A forgotten Metrocard was the jumping-off point for a new New York City studio space aimed at editors, stylists and influencers.
Erin Swift, who earlier in her career worked for Elle Decor and Architectural Digest while moonlighting as a set and prop stylist, said she left her Metrocard at her other business, The Prop Workshop, one night last year. When she went back to get it, she got off on the wrong floor of her building.
“I pressed the wrong button and the doors opened to the 13th floor (we’re on the 14th) and my brain began to create all the possibilities,” Swift said. “I’ve been dreaming of something like this for a long time.”
Soon after, she met her friend Anna Livermore, founder of fashion consultancy V.Mora, for a “pandemic workout,” and what’s now Swift Studios began.
The space is 12,000 square feet, featuring six separate spaces for shooting different types of product, like fashion, lifestyle and bathroom. And it’s now being combined with access to Swift’s Prop Workshop in order for the studio to offer a full prop warehouse and be “a one-stop shop for brands and influencers.”
Livermore said that in her work as a consultant, mainly in fashion development and manufacturing, she’d already been working toward “more post-production aspects… to make it more convenient for my clients” when Swift came to her with the studio idea.
“I saw the need for designers not only to have great production but amazing branding and content,” she said. “Adding a photo studio to the aspects in ways I can help designers was a no-brainer, and makes a lot of sense in an especially content-heavy time.”
That it is. In the last five years, influencers have gone from an advertiser curiosity to a full-fledged business model with members ranging from micro to mega, in terms of followers. And typically, influencers hawking product (often many in a single post or video) need a place to shoot that is not their home or bedroom. As do other types of freelance creatives doing branding or editorial work.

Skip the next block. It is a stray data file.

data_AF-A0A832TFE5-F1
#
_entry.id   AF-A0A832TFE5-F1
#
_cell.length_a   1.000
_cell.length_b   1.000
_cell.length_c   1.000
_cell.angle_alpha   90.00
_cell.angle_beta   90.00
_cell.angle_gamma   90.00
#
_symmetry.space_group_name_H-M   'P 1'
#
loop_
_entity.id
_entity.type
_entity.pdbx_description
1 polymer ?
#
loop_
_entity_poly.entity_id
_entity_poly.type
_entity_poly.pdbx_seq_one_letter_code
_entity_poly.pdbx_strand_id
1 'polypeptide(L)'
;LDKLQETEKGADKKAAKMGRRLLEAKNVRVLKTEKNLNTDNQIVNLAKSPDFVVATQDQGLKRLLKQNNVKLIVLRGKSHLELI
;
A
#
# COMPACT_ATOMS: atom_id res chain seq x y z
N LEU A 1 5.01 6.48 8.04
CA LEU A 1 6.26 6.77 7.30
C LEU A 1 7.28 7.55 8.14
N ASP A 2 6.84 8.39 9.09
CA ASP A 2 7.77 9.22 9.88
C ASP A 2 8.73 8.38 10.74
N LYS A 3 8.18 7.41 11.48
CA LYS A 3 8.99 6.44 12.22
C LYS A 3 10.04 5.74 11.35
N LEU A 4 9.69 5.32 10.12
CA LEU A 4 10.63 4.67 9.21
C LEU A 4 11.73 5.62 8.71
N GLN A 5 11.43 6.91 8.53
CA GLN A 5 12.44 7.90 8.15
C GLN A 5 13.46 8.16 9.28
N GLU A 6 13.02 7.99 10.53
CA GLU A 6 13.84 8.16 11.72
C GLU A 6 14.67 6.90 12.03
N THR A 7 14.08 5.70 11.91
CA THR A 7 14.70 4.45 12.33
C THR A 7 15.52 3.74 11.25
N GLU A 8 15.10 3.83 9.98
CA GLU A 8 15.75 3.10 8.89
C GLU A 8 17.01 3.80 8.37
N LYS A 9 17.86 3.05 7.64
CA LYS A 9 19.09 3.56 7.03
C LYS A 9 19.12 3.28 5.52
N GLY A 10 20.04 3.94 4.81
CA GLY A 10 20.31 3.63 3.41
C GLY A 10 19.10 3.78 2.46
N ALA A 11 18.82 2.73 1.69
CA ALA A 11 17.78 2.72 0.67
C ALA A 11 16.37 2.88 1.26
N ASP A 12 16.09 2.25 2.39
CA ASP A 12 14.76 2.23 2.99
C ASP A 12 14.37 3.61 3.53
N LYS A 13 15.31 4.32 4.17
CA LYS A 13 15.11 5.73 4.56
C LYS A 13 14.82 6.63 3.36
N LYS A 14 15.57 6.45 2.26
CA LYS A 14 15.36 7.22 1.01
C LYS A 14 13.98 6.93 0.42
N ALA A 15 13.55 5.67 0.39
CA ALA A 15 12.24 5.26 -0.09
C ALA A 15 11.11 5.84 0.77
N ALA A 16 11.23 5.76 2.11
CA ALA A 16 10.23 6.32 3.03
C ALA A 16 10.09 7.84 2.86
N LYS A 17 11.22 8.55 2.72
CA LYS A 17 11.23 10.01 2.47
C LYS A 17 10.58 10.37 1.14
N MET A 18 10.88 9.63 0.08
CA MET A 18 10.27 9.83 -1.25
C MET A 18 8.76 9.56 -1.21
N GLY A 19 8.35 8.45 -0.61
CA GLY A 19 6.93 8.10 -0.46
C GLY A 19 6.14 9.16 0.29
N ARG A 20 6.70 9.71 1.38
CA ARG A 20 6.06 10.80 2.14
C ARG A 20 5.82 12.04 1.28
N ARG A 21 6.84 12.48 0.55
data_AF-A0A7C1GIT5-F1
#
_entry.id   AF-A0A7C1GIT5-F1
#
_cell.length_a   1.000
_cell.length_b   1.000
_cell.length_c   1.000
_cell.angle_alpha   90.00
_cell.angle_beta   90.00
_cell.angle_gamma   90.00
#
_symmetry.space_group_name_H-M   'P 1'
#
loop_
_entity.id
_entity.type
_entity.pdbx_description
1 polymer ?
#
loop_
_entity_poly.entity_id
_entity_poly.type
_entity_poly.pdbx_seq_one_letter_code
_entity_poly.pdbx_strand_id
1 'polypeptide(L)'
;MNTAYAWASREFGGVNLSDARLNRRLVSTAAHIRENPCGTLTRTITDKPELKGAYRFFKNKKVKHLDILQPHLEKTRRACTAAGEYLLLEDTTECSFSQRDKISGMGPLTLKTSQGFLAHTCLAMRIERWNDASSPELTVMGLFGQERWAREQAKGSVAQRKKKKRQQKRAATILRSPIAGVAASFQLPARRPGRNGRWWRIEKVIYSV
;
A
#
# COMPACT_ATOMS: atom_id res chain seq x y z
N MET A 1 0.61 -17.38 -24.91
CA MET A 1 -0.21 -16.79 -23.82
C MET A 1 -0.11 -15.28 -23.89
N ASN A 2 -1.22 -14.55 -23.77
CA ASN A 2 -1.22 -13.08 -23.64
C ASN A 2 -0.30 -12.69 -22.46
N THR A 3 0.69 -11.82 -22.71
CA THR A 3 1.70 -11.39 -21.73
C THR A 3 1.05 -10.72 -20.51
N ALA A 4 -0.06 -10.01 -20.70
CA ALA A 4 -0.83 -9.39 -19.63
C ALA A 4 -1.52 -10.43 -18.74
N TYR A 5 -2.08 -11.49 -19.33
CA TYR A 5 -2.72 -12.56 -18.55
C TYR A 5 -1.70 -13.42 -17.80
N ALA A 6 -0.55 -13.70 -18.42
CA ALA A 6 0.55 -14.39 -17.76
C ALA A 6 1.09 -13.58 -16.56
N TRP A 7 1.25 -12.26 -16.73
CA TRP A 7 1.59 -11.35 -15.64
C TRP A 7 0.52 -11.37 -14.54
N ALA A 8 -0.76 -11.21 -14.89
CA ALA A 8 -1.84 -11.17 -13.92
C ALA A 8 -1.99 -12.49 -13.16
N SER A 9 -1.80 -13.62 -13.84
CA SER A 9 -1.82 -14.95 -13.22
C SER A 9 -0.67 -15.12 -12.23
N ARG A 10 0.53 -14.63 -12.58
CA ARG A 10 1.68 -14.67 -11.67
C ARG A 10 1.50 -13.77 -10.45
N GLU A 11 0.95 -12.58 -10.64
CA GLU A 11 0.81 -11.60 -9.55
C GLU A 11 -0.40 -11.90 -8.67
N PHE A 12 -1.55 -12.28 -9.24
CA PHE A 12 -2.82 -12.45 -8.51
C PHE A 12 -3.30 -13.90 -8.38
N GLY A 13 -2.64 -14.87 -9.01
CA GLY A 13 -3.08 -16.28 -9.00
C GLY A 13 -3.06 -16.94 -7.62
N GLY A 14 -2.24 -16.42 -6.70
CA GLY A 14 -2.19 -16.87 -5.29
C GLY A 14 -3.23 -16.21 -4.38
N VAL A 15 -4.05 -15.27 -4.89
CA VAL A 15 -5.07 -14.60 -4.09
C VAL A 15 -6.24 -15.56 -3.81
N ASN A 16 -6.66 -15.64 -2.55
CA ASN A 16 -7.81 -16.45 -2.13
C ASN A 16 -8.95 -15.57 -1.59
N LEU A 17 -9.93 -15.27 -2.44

“There is nothing like this in New York City,” Swift said of the new studio. “We have the architecture and design of a fabulous home while also considering all the possibilities and details for a shooting space.”
While rates for shooting vary depending on the space, Livermore said spaces started booking up weeks before the space officially opened, with COVID-19 protocols in place, at the beginning of March. There are also package deals and retainers available for the space. Swift called it “an inclusive SoHo House.”
As for the ongoing pandemic, and why the two women decided now was the time for a pretty ambitious venture, both agreed that such circumstances allowed them to take their time with opening and figuring out the business. It’s entirely self-funded, but Swift praised her landlord Adam Justin of Justin Management, who worked with her and Livermore on “an untraditional lease.”
“We had more leniency when it came to traditional ways of doing things,” Livermore added. “People were more open to thinking outside the box.”
For the brands and companies that have remained afloat during the pandemic, there has been an abundance of non-traditional leases to be had. Physical retail, restaurants and offices have closed in major U.S. cities and globally, leaving property owners and managers willing to lease spaces for a couple of weeks, or months, or even just a year with flexible extension options, and prices have been driven down. Commercial real estate transactions were still down 57 percent at the end of 2020, compared to the year before, according to data from the National Association of Realtors.
This seems to have left at least some previously inflexible New York commercial landlords with a new sense of interest in possibly riskier renters who see the “pandemic economy” as an opportunity to pursue that passion project.
“I know from experience when we create something with the mind of passion,” Livermore said, “the money follows.”
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